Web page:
Forward-looking: As with many of the vehicles at SEMA, the E-10 is a concept that remains in the testing stage for now. Still, it is fun that Chevy is even willing to experiment with something like this. The hope is that one day, we’ll get crate-style electric powerplants ready to drop into your next project without the need for a specialty shop.

Ford wasn’t the only American automaker turning heads in Las Vegas this week with an electric powerplant. Rival Chevrolet at the annual Specialty Equipment Market Association (SEMA) show brought along a modified 1962 C-10 pickup outfitted with an electric powertrain derived from the Chevy Bolt EV.

The electric propulsion system, from Connect & Cruise, uses a “double stack of Chevrolet Performance concept electric crate motors (eCrate)” alongside two 400-volt batteries mounted in the bed of the truck under a hard tonneau cover. Helping get the estimated 450 horsepower to the ground is a conventional SuperMatic 4L75-E automatic transmission.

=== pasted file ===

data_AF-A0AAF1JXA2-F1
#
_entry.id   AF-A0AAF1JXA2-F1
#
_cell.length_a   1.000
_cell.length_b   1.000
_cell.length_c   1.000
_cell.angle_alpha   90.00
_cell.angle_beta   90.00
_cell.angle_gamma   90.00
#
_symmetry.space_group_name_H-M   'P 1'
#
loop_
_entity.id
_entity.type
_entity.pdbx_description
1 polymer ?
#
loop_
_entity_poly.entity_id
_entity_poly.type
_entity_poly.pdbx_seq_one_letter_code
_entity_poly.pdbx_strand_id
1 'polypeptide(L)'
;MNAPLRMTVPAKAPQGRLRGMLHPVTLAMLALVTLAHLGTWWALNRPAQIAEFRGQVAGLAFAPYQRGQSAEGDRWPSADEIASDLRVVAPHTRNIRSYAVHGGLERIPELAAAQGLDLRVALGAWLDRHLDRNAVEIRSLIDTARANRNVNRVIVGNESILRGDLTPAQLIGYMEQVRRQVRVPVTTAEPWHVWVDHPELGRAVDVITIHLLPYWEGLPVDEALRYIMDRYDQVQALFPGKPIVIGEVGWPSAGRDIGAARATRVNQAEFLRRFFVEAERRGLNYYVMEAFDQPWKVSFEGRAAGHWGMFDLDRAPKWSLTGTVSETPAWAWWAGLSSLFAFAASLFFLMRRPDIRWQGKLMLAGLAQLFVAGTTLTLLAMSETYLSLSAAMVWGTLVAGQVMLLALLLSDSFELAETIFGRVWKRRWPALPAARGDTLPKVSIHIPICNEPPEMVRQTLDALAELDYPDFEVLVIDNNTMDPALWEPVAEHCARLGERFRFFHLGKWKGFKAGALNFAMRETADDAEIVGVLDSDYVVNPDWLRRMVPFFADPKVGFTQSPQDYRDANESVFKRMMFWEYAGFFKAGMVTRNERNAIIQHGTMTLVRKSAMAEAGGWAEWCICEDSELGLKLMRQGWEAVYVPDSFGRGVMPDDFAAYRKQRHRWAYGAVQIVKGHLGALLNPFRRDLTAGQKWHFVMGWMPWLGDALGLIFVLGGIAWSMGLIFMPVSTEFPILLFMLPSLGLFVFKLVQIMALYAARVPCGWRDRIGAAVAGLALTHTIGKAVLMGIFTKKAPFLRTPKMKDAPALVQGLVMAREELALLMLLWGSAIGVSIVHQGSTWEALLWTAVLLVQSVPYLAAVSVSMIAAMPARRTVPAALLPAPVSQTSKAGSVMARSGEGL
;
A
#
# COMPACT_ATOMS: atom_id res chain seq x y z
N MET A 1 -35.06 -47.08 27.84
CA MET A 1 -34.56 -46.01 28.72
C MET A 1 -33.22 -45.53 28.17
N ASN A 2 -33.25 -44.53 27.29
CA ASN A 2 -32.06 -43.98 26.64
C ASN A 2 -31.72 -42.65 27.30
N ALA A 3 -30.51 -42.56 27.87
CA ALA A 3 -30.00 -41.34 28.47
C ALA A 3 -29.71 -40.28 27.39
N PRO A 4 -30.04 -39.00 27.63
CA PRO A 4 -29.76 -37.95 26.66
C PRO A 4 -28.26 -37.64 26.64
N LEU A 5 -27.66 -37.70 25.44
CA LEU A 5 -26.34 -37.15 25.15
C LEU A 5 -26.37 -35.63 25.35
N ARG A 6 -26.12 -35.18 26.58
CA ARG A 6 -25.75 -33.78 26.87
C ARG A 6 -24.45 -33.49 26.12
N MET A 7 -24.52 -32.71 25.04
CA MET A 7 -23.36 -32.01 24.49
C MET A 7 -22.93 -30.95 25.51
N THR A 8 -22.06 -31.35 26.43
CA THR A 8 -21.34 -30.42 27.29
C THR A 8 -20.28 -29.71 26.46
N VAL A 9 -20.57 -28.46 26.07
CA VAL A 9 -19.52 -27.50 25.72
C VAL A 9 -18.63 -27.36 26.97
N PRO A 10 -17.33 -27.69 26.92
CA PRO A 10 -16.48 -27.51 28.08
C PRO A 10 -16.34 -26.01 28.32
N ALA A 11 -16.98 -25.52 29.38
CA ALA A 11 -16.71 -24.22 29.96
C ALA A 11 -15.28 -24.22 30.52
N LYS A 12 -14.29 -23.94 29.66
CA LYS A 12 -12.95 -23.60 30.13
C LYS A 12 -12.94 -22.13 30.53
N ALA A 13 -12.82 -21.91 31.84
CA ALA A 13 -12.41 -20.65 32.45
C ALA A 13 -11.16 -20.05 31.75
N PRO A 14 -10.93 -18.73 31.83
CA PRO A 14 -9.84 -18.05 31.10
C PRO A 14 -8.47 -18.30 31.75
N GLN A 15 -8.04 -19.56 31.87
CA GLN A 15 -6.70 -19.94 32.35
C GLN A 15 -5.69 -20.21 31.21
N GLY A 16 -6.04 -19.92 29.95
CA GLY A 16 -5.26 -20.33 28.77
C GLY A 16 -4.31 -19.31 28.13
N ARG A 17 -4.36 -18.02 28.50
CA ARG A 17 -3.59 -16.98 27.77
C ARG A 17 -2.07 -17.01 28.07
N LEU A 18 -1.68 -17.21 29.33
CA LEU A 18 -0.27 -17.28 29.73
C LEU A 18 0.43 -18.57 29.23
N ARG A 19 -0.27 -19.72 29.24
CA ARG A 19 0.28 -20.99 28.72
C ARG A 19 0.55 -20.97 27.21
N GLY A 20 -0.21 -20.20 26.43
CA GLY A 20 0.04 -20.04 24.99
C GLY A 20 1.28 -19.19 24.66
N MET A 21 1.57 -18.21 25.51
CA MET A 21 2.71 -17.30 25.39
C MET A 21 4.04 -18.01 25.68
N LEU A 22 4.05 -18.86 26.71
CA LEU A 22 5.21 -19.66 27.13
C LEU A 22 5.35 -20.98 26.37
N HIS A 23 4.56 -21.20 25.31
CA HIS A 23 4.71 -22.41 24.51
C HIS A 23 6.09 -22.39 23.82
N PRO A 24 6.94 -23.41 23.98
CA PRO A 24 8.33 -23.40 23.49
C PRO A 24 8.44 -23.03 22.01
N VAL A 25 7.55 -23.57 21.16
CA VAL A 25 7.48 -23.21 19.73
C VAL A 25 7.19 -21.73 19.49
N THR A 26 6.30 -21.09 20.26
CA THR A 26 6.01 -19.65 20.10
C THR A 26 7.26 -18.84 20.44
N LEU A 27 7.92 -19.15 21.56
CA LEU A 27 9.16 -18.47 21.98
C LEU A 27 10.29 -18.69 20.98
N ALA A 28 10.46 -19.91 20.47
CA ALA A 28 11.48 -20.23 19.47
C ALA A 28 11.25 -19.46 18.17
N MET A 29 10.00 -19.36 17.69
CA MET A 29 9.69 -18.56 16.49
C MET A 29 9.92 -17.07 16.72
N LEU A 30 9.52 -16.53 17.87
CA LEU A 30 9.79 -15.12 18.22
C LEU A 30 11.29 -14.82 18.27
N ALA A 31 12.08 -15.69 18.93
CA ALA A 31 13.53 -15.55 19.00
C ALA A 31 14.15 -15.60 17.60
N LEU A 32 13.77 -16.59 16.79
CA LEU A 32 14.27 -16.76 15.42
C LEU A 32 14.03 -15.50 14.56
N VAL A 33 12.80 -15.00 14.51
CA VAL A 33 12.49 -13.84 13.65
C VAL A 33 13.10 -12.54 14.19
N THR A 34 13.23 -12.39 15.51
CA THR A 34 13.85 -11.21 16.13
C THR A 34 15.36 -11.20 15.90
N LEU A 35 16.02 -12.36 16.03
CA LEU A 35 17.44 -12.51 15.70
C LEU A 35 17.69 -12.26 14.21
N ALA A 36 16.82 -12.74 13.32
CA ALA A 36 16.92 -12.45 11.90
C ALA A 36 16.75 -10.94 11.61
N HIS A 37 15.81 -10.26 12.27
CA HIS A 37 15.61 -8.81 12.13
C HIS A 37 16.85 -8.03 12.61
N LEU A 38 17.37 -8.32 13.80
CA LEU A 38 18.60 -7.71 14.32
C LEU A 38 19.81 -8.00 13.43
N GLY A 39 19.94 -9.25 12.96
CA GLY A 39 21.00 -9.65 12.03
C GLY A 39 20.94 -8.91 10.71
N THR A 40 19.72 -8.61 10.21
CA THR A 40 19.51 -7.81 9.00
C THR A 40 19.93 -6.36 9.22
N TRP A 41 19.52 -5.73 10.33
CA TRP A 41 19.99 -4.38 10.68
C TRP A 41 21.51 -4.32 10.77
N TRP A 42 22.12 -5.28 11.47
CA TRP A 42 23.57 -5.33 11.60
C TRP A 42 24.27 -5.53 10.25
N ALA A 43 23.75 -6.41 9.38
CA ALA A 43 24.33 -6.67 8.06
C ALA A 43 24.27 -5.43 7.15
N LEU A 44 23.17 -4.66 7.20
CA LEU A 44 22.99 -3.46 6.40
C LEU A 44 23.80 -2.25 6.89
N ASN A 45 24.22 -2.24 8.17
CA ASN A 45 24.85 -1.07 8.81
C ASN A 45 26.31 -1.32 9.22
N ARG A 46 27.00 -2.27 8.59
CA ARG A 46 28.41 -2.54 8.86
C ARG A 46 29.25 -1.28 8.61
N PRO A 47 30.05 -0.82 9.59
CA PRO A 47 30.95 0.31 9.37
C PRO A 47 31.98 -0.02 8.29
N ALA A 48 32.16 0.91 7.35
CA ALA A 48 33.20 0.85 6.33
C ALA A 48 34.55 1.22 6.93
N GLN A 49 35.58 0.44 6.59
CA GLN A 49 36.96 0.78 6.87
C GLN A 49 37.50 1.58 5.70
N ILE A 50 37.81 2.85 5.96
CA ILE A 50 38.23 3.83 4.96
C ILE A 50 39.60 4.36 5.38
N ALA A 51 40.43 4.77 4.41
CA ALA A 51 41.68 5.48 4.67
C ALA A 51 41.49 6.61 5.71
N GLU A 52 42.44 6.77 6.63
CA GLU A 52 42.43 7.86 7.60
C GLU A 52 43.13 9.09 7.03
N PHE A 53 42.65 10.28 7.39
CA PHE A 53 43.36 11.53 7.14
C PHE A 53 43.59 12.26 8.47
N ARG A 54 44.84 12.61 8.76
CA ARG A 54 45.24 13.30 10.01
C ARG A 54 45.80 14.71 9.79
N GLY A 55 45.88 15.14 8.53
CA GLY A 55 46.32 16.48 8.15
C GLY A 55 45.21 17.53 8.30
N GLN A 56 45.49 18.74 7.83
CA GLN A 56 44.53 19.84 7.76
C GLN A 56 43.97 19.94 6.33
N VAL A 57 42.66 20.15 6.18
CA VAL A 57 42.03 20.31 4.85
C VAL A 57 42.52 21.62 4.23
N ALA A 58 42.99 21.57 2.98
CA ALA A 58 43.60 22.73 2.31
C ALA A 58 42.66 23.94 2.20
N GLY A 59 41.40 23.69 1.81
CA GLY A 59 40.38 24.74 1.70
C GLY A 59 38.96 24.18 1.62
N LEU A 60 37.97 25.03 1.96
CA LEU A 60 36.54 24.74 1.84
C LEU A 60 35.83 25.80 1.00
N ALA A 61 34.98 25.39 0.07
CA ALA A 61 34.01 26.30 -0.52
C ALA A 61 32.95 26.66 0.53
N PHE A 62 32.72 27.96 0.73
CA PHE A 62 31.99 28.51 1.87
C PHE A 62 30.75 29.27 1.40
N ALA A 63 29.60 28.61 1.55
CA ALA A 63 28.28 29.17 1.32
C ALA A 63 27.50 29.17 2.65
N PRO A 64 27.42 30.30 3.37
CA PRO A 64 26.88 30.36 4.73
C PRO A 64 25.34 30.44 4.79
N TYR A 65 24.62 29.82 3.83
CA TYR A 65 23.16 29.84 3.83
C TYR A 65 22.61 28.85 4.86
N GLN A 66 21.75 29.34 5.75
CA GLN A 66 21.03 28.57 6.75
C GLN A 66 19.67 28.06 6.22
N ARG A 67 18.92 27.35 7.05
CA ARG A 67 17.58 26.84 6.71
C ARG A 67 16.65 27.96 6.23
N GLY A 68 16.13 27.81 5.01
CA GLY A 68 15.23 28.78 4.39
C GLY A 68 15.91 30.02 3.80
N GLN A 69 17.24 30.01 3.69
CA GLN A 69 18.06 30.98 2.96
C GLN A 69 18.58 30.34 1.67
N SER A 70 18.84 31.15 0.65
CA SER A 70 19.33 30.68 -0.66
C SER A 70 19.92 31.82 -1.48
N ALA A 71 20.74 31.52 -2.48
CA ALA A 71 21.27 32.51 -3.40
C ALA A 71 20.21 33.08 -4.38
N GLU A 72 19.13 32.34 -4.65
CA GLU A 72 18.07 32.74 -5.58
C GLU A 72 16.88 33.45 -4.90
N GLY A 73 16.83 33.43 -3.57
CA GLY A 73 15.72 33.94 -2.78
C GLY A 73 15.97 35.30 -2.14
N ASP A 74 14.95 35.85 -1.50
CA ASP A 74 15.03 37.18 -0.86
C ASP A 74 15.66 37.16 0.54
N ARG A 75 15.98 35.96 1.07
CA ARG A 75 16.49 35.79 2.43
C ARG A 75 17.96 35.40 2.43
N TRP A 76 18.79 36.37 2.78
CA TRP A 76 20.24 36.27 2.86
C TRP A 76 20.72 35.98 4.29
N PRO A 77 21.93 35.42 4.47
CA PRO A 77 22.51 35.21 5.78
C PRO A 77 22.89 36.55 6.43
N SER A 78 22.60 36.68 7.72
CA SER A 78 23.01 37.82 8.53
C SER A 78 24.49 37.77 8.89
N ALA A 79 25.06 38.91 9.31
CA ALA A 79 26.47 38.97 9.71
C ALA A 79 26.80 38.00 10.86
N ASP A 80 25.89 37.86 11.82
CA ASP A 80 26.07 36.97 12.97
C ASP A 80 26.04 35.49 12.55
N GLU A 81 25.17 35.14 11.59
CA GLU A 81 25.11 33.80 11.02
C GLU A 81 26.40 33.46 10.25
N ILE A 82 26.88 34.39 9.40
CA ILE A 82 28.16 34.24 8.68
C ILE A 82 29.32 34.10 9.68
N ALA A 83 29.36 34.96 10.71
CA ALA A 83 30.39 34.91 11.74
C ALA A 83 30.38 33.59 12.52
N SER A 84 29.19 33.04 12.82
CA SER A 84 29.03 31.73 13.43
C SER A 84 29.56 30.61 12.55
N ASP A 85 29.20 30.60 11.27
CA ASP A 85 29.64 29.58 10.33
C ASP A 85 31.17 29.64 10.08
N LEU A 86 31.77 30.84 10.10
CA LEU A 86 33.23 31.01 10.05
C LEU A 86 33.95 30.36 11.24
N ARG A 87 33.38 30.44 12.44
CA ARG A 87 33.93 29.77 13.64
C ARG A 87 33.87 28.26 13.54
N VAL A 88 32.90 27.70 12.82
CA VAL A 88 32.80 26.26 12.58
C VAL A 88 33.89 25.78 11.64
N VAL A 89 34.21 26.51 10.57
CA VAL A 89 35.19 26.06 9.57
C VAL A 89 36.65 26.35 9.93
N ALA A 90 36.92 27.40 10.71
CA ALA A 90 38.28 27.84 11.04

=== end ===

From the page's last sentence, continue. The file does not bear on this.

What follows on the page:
Chevy estimates the truck can reach 60 mph in around five seconds and run the quarter mile in the high 13-second range. That’s impressive, especially for a truck of this age, but not the groundbreaking performance we’ve come to expect from high-end electrics like the Tesla Roadster.

Russ O’Blenes, director of Performance Variants, Parts & Motorsports, said they designed the system to deliver both power and range but notably, didn’t mention the vehicle’s estimated range per charge.

Annoyingly, Chevy couldn’t just let the electric live in its own skin. They added a “sound emulator” that mimics the sound of a V8 to in order to “fit in with other hot rods on the road.” Fortunately, this can be disabled.